Recently, I was speaking with a large healthcare provider about what policies they had that outlined what employees could share in the cloud. The customer’s IT group believed that a general company code of conduct safeguarded them. However, as the conversation progressed they realized that their current policies were not explicit as to how this applied to cloud.

Employee policies need to clearly outline what can and cannot be shared with approved corporate cloud vendors. For example, even though a vendor like Salesforce.com or Box.com might be approved, an organization may not want certain confidential information to be shared with an outside vendor. Additionally, these policies also need to address personal use of cloud services (file sharing services, for-free email accounts, etc.). These policies need to be periodically communicated to employees as well as how their actions might be monitored to ensure compliance.

Discover and determine the risk profile of shadow IT.

According to a recent Forrester study, 43 percent of respondents believed shadow IT practices were major threats to their respective organizations. It is critical to discover and classify the services being used that have not been approved by IT. Once identified, there are typically three approaches to handling the risks of shadow IT.

1)    Assess and onboard critical cloud applications.

2)    Block risky cloud applications with secure web gateways or data loss prevention solutions.

3)    Monitor applications and as-a-service usage with alerts for unusual activity.

Establish a data security assessment process for new cloud services.

A vital way to ensure that business data is kept safe is to have a thorough risk assessment process as cloud vendors and services are brought on-board. This process should take into account the following five elements:

  • Initiation – Establish what elements of your business a vendor will be involved in and what data will be shared with the vendor. Will they handle confidential/private information or only public data?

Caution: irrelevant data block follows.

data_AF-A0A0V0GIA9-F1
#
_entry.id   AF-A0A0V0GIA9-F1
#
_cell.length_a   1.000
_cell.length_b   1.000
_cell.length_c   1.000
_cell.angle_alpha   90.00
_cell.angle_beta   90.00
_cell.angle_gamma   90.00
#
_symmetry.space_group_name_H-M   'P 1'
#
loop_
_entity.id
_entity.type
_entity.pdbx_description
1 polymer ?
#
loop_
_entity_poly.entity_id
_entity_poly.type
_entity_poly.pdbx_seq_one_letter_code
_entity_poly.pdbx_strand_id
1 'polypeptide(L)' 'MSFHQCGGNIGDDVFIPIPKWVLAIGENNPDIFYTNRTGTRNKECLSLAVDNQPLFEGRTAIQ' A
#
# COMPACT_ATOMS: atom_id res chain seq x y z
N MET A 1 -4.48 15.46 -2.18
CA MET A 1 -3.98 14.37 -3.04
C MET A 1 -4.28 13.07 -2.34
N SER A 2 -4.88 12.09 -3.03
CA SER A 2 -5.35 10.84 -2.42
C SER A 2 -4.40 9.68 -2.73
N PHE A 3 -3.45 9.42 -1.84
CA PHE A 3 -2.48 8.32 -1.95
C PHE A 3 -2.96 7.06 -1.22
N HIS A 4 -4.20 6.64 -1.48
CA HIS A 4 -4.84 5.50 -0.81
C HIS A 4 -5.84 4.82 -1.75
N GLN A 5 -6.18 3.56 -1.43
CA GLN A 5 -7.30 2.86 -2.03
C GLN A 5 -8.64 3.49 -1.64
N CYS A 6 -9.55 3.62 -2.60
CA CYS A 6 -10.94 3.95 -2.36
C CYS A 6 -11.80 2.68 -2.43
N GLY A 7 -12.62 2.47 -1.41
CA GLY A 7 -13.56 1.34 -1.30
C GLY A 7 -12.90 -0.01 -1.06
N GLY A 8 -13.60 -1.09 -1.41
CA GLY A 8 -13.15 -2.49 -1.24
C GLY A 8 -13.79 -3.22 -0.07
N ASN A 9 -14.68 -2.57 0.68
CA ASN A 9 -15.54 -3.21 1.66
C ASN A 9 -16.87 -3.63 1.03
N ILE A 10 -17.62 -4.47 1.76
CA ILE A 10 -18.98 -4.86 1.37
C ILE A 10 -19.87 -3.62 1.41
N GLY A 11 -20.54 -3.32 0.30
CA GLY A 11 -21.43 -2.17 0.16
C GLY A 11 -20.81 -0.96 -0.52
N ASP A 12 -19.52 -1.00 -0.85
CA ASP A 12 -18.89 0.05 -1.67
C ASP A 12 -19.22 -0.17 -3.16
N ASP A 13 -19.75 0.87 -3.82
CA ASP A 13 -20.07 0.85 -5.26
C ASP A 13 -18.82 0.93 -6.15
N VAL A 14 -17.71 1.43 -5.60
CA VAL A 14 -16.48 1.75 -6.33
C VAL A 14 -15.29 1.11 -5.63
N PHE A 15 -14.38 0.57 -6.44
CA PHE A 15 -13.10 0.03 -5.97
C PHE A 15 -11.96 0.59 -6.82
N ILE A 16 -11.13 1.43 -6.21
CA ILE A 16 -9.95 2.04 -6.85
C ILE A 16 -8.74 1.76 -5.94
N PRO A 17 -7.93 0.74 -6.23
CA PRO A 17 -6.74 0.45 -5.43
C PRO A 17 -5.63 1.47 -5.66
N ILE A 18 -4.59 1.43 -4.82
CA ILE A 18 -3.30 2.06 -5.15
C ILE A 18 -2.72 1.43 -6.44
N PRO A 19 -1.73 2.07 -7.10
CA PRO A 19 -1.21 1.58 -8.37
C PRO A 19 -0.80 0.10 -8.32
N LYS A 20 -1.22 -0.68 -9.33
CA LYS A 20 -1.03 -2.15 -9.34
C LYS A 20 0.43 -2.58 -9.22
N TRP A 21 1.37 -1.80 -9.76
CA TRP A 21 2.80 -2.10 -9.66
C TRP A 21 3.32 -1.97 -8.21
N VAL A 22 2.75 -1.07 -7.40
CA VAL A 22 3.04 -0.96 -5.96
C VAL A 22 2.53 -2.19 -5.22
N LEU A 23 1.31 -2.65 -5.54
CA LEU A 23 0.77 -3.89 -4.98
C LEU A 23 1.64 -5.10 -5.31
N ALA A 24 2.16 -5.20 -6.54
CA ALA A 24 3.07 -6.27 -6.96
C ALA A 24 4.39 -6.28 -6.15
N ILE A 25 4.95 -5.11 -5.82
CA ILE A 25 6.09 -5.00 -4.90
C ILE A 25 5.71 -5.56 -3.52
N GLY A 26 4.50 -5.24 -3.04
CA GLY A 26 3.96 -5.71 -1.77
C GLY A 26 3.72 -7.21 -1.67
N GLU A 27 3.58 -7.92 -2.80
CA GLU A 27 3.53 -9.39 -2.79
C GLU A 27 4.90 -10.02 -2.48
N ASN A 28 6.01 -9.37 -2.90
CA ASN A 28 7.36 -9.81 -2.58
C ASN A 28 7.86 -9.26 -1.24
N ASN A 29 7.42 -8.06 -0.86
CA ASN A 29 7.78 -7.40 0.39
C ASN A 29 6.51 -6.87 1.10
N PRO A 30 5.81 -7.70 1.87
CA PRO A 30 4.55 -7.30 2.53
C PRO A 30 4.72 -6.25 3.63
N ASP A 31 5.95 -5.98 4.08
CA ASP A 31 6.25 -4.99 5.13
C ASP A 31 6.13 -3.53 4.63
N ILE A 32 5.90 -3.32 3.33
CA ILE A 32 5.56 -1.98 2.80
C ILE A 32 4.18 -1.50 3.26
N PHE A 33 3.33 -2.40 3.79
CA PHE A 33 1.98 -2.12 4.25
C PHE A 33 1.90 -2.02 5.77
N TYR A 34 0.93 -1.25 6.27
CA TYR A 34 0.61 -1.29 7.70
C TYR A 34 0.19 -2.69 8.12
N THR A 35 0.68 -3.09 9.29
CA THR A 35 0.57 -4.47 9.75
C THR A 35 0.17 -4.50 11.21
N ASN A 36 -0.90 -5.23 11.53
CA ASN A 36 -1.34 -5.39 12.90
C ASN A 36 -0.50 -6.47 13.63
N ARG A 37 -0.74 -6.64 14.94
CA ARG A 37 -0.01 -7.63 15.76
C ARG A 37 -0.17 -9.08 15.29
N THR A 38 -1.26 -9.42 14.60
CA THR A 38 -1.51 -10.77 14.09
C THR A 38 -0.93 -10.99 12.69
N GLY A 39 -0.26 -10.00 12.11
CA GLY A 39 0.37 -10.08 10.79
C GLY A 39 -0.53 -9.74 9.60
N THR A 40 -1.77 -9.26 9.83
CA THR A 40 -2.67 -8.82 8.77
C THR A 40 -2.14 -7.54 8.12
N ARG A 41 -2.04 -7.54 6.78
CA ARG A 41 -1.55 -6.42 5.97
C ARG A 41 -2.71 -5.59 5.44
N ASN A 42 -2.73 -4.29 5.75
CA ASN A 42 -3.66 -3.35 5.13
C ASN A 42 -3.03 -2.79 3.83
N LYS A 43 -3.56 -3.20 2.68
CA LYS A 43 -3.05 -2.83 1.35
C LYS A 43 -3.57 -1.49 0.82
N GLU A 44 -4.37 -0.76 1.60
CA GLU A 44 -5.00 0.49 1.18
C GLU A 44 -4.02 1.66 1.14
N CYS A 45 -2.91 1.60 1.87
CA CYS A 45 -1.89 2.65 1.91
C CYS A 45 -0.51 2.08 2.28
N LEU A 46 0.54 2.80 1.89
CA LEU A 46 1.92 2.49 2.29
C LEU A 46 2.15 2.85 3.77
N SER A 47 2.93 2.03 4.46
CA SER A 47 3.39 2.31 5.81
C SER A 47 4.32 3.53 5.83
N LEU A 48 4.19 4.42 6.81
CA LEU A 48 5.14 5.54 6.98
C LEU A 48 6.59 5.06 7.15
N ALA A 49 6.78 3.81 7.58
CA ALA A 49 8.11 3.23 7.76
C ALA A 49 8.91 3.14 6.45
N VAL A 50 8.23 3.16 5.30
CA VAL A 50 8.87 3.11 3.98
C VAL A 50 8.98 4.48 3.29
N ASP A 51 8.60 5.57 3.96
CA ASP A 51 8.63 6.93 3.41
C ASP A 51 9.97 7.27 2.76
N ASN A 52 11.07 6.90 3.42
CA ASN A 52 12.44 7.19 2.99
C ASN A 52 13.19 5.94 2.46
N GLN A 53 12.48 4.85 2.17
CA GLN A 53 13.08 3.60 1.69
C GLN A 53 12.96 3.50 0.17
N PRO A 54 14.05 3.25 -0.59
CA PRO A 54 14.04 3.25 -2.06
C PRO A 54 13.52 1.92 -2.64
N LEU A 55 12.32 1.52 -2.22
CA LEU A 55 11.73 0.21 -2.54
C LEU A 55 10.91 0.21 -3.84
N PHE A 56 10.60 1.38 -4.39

• Data encryption and integration – Test the encryption of data as it passes from the organization to the vendor as well as how the data will be stored at the vendor’s data center. Understand how a vendor would integrate with your systems (creating single sign-on, pull corporate data, etc.).
  • Vendor data security policies Can the vendor uphold the policies for protecting your corporate data based on the classification system defined above, and do so the same way or better than your IT department would? Evaluate the vendor’s disaster recovery plan, compliance and regulatory processes, and identity and access controls.
  • Vendor stability and proprietary policies – According to Gartner, 1 out of 4 cloud service providers will be out of business in two years.   This is largely due to financial instability or acquisitions. Businesses need to ensure that vendors they choose to work with are financially stable. Find out how the vendor would handle your data in the event of a business closure or acquisition. Additionally, do they use a proprietary technology approach that might lock you into using them? Insist that vendors use an open source approach that would help you transition to a new vendor if an SLA was not met or if the vendor was acquired or went out of business.         
  • Ongoing vendor monitoring – Establish a process to regularly review vendors (annually for those dealing with business critical processes, less regularly for those with less impact).

These are some initial steps to managing the business risks of cloud. However, businesses that are looking to reap the benefits of cloud and avoid risk must put in place a lifecycle approach to manage cloud services.

We recently introduced Cloud Consumption Optimization, an annual subscription service that helps customers govern their cloud adoption from end-to-end and continually monitor cloud use. Learn more about how we can help you govern cloud and manage cloud risks at http://www.cisco.com/go/cloudconsumption